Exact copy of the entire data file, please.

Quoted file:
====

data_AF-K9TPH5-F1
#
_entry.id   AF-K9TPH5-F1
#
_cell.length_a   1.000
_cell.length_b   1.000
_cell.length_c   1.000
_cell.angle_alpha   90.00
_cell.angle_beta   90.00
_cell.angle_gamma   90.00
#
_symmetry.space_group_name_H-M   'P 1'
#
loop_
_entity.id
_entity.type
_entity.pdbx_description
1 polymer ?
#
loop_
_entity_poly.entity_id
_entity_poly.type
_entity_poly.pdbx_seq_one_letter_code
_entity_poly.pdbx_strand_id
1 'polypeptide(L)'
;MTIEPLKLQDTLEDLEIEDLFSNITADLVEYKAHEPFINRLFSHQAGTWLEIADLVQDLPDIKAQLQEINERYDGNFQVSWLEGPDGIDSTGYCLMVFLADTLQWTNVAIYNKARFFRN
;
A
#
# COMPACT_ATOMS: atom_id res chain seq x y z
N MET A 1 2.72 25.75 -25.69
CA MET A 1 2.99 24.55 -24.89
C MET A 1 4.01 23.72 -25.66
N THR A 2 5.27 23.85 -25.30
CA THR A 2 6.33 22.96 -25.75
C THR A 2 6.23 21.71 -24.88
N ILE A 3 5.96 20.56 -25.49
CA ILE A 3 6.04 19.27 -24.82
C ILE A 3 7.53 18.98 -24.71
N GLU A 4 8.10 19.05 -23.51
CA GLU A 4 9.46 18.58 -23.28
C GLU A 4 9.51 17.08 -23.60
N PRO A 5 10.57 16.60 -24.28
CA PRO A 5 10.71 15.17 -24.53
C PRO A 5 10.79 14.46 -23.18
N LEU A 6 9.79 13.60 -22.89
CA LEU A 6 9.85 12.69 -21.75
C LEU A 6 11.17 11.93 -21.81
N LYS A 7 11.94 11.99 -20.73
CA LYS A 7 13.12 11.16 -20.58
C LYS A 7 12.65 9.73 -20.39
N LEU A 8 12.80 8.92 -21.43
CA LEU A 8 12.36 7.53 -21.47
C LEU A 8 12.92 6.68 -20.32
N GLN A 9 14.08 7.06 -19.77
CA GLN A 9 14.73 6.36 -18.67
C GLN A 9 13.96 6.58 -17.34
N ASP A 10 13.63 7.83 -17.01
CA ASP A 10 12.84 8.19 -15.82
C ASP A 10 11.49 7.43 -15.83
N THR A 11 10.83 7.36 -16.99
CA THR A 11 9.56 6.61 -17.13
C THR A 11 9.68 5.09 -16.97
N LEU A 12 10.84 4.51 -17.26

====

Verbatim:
data_AF-K9TPH5-F1
#
_entry.id   AF-K9TPH5-F1
#
_cell.length_a   1.000
_cell.length_b   1.000
_cell.length_c   1.000
_cell.angle_alpha   90.00
_cell.angle_beta   90.00
_cell.angle_gamma   90.00
#
_symmetry.space_group_name_H-M   'P 1'
#
loop_
_entity.id
_entity.type
_entity.pdbx_description
1 polymer ?
#
loop_
_entity_poly.entity_id
_entity_poly.type
_entity_poly.pdbx_seq_one_letter_code
_entity_poly.pdbx_strand_id
1 'polypeptide(L)'
;MTIEPLKLQDTLEDLEIEDLFSNITADLVEYKAHEPFINRLFSHQAGTWLEIADLVQDLPDIKAQLQEINERYDGNFQVSWLEGPDGIDSTGYCLMVFLADTLQWTNVAIYNKARFFRN
;
A
#
# COMPACT_ATOMS: atom_id res chain seq x y z
N MET A 1 2.72 25.75 -25.69
CA MET A 1 2.99 24.55 -24.89
C MET A 1 4.01 23.72 -25.66
N THR A 2 5.27 23.85 -25.30
CA THR A 2 6.33 22.96 -25.75
C THR A 2 6.23 21.71 -24.88
N ILE A 3 5.96 20.56 -25.49
CA ILE A 3 6.04 19.27 -24.82
C ILE A 3 7.53 18.98 -24.71
N GLU A 4 8.10 19.05 -23.51
CA GLU A 4 9.46 18.58 -23.28
C GLU A 4 9.51 17.08 -23.60
N PRO A 5 10.57 16.60 -24.28
CA PRO A 5 10.71 15.17 -24.53
C PRO A 5 10.79 14.46 -23.18
N LEU A 6 9.79 13.60 -22.89
CA LEU A 6 9.85 12.69 -21.75
C LEU A 6 11.17 11.93 -21.81
N LYS A 7 11.94 11.99 -20.73
CA LYS A 7 13.12 11.16 -20.58
C LYS A 7 12.65 9.73 -20.39
N LEU A 8 12.80 8.92 -21.43
CA LEU A 8 12.36 7.53 -21.47
C LEU A 8 12.92 6.68 -20.32
N GLN A 9 14.08 7.06 -19.77
CA GLN A 9 14.73 6.36 -18.67
C GLN A 9 13.96 6.58 -17.34
N ASP A 10 13.63 7.83 -17.01
CA ASP A 10 12.84 8.19 -15.82
C ASP A 10 11.49 7.43 -15.83
N THR A 11 10.83 7.36 -16.99
CA THR A 11 9.56 6.61 -17.13
C THR A 11 9.68 5.09 -16.97
N LEU A 12 10.84 4.51 -17.26